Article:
Tradejah! Let’s have a ban on teaching Darwinism too. Oh wait — is that what’s supposed to be introduced early and often, because the “Wales Humanists coordinator” and “Humanists UK” want it? Darwinism is an obvious intrusion of religion into the school system. A different religion from what many people follow, but still a religion. Otherwise, why would humanists care so much?
So if all this complexity got started in something like the twinkling of an eye, are we looking at an argument for creationism? Or what? What exactly is the source of all this very complex, very early information?
Make no mistake; the people who want their concepts taught also want to take over the positions of the teachers. Let’s just say, a whole new world awaits. And it will not be Darwin’s world. How odd an outcome of the Darwin wars.
Post-truth science will not be, in principle, either positive or negative about creationism; everything depends on the role it plays in power struggles.
Hmmm. To please Jerry, maybe the author will have to disappear too. 😉
The explosion lasted only about 20 million years, their research shows, and the subsequent 520 million years featured more even rates of change: At (or shortly before) the start of the Cambrian Period (541 million years ago), modern animals evolved. They rapidly diversified into all the major groups (phyla) of animals we see today, such […]
Actually, it’s not surprising at all. Pure naturalist atheists are not that common once you get off campus and a safe distance from the raging Woke. Most people would rather you think they were creationists (provided you don’t push it too far), which likely accounts for the drop in the second set, when a clear alternative for theists is provided. Some of us think this change in question is long overdue.
Coyne, author of Why Evolution Is True, promises to “ rest assured—for the time being.”
He got a reply within 24 hours, onewhich he considers “lame and evasive.”
It’s a good question, though, if we end universalism in science (and that’s all the rage), why creationism in an anthropology and ethnology journal doesn’t follow.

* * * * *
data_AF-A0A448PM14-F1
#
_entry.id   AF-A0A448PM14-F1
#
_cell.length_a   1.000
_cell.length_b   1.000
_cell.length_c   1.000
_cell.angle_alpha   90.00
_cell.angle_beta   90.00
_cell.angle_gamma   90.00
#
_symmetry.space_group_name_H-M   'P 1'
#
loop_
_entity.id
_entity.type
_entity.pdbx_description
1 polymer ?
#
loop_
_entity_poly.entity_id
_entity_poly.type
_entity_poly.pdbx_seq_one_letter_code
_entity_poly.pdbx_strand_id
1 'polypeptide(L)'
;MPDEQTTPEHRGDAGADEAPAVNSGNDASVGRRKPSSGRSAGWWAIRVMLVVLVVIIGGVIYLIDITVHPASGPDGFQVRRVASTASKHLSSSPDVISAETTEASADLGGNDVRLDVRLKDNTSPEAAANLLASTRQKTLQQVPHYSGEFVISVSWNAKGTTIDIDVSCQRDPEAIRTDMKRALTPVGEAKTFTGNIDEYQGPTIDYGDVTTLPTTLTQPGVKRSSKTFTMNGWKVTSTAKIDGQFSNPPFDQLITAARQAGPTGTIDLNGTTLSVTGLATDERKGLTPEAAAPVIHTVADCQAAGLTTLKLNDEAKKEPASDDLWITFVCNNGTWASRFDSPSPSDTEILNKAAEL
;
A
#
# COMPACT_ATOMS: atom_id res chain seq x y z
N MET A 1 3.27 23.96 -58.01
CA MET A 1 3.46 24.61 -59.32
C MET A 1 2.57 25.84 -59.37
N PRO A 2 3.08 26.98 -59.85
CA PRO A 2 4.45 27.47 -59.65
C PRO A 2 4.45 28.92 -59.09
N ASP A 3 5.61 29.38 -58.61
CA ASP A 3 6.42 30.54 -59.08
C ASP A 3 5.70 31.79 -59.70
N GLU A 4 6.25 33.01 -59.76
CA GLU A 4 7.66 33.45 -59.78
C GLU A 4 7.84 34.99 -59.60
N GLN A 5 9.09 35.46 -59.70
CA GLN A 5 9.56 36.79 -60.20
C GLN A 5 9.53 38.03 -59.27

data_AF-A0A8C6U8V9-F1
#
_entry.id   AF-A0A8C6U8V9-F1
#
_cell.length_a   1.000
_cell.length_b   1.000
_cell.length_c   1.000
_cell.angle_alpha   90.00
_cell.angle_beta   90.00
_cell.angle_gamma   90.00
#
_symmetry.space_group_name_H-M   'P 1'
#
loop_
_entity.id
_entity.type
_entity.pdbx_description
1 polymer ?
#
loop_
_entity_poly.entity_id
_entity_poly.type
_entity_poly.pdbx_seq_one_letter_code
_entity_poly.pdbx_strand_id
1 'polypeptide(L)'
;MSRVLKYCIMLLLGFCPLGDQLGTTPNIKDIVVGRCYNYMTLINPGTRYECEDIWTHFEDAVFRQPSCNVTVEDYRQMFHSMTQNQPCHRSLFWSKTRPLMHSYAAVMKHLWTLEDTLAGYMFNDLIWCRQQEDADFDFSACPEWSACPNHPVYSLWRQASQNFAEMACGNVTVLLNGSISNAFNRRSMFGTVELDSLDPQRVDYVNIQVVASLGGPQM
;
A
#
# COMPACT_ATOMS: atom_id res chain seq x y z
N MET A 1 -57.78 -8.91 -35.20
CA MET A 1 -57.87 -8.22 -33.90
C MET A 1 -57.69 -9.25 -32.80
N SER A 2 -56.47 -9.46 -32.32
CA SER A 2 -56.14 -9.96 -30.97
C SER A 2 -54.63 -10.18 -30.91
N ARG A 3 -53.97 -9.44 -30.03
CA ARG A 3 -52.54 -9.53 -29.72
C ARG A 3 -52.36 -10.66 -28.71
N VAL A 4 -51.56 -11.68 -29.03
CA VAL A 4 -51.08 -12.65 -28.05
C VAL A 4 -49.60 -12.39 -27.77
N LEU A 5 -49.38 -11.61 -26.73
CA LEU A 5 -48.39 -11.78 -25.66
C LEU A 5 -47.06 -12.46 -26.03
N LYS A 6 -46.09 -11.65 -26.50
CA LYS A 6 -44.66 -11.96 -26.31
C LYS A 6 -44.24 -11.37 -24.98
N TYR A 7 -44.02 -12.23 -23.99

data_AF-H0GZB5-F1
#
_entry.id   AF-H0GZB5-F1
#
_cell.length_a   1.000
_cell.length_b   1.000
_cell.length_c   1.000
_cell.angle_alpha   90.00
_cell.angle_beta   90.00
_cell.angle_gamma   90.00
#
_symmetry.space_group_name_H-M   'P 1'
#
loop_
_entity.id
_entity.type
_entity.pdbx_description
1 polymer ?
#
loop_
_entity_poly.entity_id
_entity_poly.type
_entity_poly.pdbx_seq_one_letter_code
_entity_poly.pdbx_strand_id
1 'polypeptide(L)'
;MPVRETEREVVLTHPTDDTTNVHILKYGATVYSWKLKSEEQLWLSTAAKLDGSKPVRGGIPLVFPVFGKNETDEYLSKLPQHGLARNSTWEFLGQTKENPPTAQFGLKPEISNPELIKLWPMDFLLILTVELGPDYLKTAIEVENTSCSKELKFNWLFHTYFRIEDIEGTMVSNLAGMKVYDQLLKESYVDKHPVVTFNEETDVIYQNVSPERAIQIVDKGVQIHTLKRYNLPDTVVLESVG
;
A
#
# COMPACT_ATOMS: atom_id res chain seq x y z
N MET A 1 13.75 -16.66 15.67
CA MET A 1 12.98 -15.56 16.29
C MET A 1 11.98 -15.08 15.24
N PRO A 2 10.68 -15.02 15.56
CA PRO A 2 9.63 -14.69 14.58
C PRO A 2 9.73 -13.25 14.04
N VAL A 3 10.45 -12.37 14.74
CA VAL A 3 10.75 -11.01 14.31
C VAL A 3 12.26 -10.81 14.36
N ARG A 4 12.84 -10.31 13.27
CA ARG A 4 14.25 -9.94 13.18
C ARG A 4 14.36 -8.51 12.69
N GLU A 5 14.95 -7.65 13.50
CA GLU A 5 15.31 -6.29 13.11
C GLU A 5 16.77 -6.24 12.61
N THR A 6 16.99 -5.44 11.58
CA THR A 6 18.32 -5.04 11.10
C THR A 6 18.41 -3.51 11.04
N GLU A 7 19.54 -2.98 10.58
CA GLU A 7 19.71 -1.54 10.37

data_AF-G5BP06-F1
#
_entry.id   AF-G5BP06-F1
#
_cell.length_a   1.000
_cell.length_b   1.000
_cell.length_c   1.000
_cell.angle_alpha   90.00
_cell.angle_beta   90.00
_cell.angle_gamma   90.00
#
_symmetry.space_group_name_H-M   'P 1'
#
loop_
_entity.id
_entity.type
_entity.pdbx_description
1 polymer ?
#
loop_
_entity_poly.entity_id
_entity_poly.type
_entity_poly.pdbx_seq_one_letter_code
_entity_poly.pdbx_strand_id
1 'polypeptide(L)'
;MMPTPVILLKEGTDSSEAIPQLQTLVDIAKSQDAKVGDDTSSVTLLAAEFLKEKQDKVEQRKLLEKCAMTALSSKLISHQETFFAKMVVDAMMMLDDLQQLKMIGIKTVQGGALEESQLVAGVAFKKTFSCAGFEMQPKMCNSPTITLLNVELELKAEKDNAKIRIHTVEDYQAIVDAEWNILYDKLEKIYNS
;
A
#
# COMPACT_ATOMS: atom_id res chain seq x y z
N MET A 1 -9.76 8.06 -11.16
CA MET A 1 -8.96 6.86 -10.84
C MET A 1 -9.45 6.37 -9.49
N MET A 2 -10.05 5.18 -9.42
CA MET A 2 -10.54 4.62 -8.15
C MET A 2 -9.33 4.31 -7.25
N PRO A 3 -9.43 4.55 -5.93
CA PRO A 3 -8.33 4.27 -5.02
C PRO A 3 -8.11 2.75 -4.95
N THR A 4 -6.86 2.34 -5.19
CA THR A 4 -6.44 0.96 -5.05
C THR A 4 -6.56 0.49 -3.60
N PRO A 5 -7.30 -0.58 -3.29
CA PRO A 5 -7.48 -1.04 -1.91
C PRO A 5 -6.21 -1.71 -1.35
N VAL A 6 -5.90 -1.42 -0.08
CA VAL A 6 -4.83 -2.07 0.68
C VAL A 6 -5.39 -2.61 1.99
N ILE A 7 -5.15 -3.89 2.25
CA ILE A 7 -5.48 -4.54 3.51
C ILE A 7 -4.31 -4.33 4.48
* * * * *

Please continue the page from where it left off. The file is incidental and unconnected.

Karsten Pultz reports from Denmark on efforts to suppress the idea of design in nature that are coming from the Danish church. Mr. Pultz is also the author of “Why I have a problem with theistic evolution,”: Intelligent design being suppressed in academia is old news. But in Denmark even a Christian newspaper participates in […]
J. R. Miller offers a reasonable discussion of varieties of Biblical creationism: Maybe you have heard the accusation that biblical creationists are blinded by their ancient theology which forces them to reject the modern “scientific fact” of evolution. But what do people mean by this accusation? What is evolution? Is biblical creation a de facto […]
From the Babylon Bee, threatened by Facebook. It’s not just that our would-be minders think we are evil. They also think we are stupid. Do whatever you can to make that their biggest mistake.
As I checked the dashboard, I just saw that the current visit-count for the “Frequently raised but weak arguments against Intelligent Design” page stands at 50,307. Worth noting, even as onlookers are again invited to ponder its remarks. END PS: Table of contents: WEAK ANTI-ID ARGUMENTS: 1] ID is “not science” 2] No Real Scientists […]
At Current Biology: Teleological thinking — the attribution of purpose and a final cause to natural events and entities — has long been identified as a cognitive hindrance to the acceptance of evolution, yet its association to beliefs other than creationism has not been investigated. Here, we show that conspiracism — the proneness to explain […]